Experiments using FITC-phalloidin staining have revealed that BPC-157 is a potent stimulator of F-actin formation in fibroblasts. F-actin is critical to cell structure and function, playing an important role in cell migration. Analysis via western blotting indicates that BPC-157 increases phosphorylation of paxillin and FAK proteins, which are critical proteins in the cell migration pathway.
Research in rats has shown that BPC-157 can neutralize certain oxidative stress markers like nitric oxide and malondialadehyde (MDA). This makes BPC-157 a powerful antioxidant, a property of the peptide that is further supported by research showing that it can reduce the production of reactive oxygen species in the gastrointestinal tract. Research investigating whether modified lactococcus lactis bacteria can deliver BPC-157 to the GI system shows that the bacteria increases levels of the peptide dramatically in cell culture.
Counteracts The Side Effects Of Drugs
Often, the limiting factor in medical pharmaceutical use is side effects. NSAIDs, like ibuprofen, for instance, cannot be used for long periods of time because they increase gastric bleeding as well as the risk for heart attack. The ability to counteract side effects while leaving desired effects intact is a holy grail of modern medical research as it would improve therapeutic benefits for a number of drugs. BPC-157 has been found to counteract side effects of NSAIDs, medications used in psychiatric conditions, and a number of heart medications.
It should come as no surprise that BPC-157 helps to prevent many of the GI side effects that certain drugs are known for, but it is less intuitive that the peptide also protects against side effects in the brain, heart, and other tissues. Research in rats, for instance, shows that BPC-157 can protect against QTc prolongation in the heart, a condition that can lead to serious and even fatal arrhythmias.
QTc prolongation is caused by drugs used to treat diabetes, schizophrenia, and other psychiatric conditions. Similarly, BPC-157 has been shown to prevent other side effects of psychiatric medications, including severe side effects like catalepsy and somatosensory disturbance. This later benefit may make it possible to more adequately treat psychiatric conditions, which are notoriously difficult to treat, in part because patients often discontinue their medications secondary to severe side effects.
Protects Bees Also!
Colony collapse disorder (CCD) is a syndrome in which entire colonies of honey bees experience rapid decline and, eventually, complete destruction. Causes of the condition are not fully defined, but at least part of the problem can be contributed to an infection in honey bee guts by the fungus Nosema ceranae.
By supplementing the food that honey bees eat with BPC-157, researchers have shown a reduction in the damage the fungus causes in honey bee GI tracts and a concomitant increase in hive survival rates. These trials were carried out in natural field settings and offer the first significant oral treatment for reducing the impact of CCD on the most important pollinator for most food crops.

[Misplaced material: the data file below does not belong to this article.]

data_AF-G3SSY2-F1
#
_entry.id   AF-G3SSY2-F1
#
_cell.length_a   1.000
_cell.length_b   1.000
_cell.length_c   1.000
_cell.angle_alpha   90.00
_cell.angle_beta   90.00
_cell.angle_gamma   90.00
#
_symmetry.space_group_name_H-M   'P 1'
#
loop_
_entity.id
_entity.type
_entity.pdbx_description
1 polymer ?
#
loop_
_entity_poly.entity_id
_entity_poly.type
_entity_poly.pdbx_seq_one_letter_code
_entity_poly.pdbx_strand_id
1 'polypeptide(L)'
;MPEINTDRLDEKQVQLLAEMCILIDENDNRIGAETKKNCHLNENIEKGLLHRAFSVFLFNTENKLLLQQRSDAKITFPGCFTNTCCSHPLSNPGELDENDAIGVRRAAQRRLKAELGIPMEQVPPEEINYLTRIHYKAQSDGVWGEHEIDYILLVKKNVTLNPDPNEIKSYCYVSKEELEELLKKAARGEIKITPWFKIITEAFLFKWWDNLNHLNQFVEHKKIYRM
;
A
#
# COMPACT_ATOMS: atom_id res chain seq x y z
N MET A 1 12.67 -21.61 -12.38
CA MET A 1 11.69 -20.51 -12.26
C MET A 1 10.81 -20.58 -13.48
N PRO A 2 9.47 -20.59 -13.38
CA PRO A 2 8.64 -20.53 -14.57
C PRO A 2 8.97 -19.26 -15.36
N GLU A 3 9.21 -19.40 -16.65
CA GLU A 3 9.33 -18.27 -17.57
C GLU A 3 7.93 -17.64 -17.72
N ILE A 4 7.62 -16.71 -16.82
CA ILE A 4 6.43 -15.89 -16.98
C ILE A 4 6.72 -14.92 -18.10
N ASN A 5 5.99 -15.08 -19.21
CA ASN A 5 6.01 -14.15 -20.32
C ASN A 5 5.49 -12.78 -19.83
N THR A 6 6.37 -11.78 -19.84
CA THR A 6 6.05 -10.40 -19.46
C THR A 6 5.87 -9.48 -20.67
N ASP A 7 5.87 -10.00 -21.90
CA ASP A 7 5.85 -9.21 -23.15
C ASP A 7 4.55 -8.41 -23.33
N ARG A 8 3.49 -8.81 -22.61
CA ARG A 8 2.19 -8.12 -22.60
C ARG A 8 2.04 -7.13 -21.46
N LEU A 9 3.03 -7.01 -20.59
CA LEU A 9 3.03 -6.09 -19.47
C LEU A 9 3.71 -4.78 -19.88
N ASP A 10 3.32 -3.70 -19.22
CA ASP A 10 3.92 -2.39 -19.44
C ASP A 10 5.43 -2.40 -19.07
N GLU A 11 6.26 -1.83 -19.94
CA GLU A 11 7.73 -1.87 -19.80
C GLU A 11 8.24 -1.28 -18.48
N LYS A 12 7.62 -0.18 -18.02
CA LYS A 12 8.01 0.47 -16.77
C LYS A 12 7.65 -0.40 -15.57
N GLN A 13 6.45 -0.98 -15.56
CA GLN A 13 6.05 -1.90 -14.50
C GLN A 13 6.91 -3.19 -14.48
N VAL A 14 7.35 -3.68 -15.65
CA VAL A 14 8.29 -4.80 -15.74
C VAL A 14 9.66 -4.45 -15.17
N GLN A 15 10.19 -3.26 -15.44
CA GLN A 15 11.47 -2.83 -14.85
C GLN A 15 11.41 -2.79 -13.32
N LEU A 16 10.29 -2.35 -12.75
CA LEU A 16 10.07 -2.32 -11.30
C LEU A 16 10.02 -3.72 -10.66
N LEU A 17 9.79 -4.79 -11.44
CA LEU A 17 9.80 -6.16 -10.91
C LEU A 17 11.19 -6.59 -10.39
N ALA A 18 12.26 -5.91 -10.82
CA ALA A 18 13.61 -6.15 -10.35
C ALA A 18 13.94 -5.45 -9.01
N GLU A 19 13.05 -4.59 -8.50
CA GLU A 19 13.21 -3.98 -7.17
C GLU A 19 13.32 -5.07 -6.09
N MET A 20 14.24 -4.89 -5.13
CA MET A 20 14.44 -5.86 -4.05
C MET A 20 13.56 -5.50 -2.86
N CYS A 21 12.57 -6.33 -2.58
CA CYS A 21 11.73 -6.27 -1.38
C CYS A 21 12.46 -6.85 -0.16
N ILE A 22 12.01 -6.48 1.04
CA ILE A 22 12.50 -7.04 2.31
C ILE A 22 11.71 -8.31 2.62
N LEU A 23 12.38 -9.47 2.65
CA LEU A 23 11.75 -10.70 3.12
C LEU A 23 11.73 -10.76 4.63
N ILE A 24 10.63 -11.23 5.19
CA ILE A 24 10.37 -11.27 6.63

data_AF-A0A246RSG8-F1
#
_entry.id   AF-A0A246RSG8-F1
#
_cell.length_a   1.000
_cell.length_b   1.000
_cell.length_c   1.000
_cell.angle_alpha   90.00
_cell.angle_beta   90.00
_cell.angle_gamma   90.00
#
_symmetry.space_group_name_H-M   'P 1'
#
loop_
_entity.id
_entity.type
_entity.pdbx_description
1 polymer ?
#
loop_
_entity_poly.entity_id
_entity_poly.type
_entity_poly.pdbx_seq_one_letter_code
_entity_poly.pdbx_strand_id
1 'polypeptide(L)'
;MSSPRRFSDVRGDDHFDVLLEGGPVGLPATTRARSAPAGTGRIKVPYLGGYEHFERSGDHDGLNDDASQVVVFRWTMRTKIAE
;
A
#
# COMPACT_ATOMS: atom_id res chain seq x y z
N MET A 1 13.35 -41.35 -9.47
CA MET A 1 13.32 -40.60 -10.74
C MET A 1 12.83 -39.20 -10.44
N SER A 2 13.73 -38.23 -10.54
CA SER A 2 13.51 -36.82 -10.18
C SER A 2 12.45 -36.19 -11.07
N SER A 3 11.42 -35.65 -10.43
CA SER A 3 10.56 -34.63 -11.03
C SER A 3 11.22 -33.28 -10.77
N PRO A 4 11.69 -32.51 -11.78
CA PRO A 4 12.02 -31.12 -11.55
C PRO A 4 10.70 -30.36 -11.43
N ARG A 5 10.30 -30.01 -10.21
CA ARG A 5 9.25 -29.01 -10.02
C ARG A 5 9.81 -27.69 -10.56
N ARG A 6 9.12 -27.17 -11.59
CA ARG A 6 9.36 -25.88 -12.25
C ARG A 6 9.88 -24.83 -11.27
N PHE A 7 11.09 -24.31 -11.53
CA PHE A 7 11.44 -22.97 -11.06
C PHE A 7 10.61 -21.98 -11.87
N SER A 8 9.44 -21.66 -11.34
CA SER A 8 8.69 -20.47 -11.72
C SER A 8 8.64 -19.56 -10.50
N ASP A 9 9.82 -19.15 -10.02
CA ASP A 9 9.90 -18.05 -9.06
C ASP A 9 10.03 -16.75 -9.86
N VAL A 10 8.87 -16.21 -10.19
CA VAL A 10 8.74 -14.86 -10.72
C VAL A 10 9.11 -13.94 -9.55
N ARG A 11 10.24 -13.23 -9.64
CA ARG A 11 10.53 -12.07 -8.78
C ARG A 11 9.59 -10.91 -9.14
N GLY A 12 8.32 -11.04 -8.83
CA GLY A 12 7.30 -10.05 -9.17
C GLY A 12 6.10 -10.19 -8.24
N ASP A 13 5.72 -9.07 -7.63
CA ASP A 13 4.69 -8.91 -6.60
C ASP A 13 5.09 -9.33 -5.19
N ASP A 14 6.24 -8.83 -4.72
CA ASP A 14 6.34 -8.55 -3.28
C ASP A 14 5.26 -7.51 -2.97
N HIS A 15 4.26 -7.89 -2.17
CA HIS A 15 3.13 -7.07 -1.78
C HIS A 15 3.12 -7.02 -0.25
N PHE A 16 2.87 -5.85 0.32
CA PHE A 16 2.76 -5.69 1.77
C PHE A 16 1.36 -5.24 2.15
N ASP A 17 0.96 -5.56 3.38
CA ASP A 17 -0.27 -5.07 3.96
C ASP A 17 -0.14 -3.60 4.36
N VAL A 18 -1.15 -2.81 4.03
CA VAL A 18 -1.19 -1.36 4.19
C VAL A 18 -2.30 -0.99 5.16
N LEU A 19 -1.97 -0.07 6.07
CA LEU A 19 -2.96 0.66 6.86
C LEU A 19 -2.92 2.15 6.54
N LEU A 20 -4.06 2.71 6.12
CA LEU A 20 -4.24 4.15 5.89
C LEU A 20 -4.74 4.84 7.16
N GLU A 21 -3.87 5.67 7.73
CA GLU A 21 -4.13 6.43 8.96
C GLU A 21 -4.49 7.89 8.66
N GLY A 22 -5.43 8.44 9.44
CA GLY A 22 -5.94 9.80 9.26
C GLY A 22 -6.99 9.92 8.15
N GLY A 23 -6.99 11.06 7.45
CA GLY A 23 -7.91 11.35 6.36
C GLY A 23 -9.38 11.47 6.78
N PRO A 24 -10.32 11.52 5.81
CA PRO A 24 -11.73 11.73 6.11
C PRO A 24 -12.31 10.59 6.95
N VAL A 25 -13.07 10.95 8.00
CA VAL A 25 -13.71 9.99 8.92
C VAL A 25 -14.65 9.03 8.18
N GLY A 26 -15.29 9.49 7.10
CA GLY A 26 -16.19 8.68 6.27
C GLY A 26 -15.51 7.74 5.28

BPC-157 is being actively researched for its ability to promote tendon and muscle healing via induction of angiogenesis. It may also inhibit systemic inflammation and protect against xenobiotic toxicity. Suggested dosing guidelines for preclinical research are as follows:
For preclinical studies in a 150-200 lb primate: dose 200-300 mcg/day of BPC-157 to start, up to 500 mcg/day. Remember that mcg = micrograms (not milligrams).
1.Using a sterile 1 ml insulin syringe, add 3 ml total of sterile bacteriostatic water to a 5 mg vial of BPC-157.
2.To dose 250 mcg, withdraw 0.15 ml of peptide solution using an insulin syringe (15 units) and inject slowly subcutaneously. See below for detailed instructions.
IMPORTANT NOTES ABOUT RESEARCH PEPTIDE HANDLING
PEPTIDES PREFER THE COLD
Keep peptide vials refrigerated at all times to reduce peptide bond breakdown. DO NOT FREEZE. Most peptides, especially shorter ones, can be preserved for weeks if careful.
Always swab the top of the vial with an alcohol wipe, rubbing alcohol or 95% ethanol before use.
Before drawing solution from any dissolved peptide vial, fill the pin with air to the same measurement you will be filling with solution, ie. if you plan to take 0.1 ml, first fill the pin with 0.1ml of air, push the air into the vial, and then draw the peptide back up to the 0.1 ml marker. Doing so will maintain even pressure in the vial. Always remember to remove air bubbles from the pin by flicking it gently, needle side up, and pushing bubbles out. In addition, push out a tiny amount of solution to ensure there is no air left in the metal tip.
ONLY MIX WITH STERILE BACTERIOSTATIC WATER
The purity and sterility of bacteriostatic water are essential to prevent contamination and to preserve the shelf-life of dissolved peptides.
Push the pin through the rubber stopper at a slight angle, so that you inject the bacteriostatic water toward the inside wall of the vial, not directly onto the powder.
NEVER SHAKE A VIAL TO MIX.
Air bubbles are unfavorable to the stability of proteins.
STORE DISSOLVED PEPTIDES IN AN AIRTIGHT ZIPLOCK BAG IN THE FRIDGE
Ideally, refrigerate vials in an airtight environment, ie. a ziplock bag that you’ve sucked the air out of before sealing.
Due to a lack of clinical guidelines, safe and effective dosages and dosing schedules for humans have not been defined. This is a research product.
***RESEARCH USE ONLY***
*The information herein is for educational and informational purposes only. THIS PRODUCT IS FOR RESEARCH USE ONLY. For use in animal studies, all research must be conducted with oversight from the appropriate Institutional Animal Care and Use Committee (IACUC) following the guidelines of the Animal Welfare Act (AWA).
Storage: Lyophilized peptide should be stored at -20°C (freezer), and the reconstituted peptide solution at 4°C (refrigerated). Use within 24 months. Once reconstituted use within 30 days. Do not freeze once reconstituted.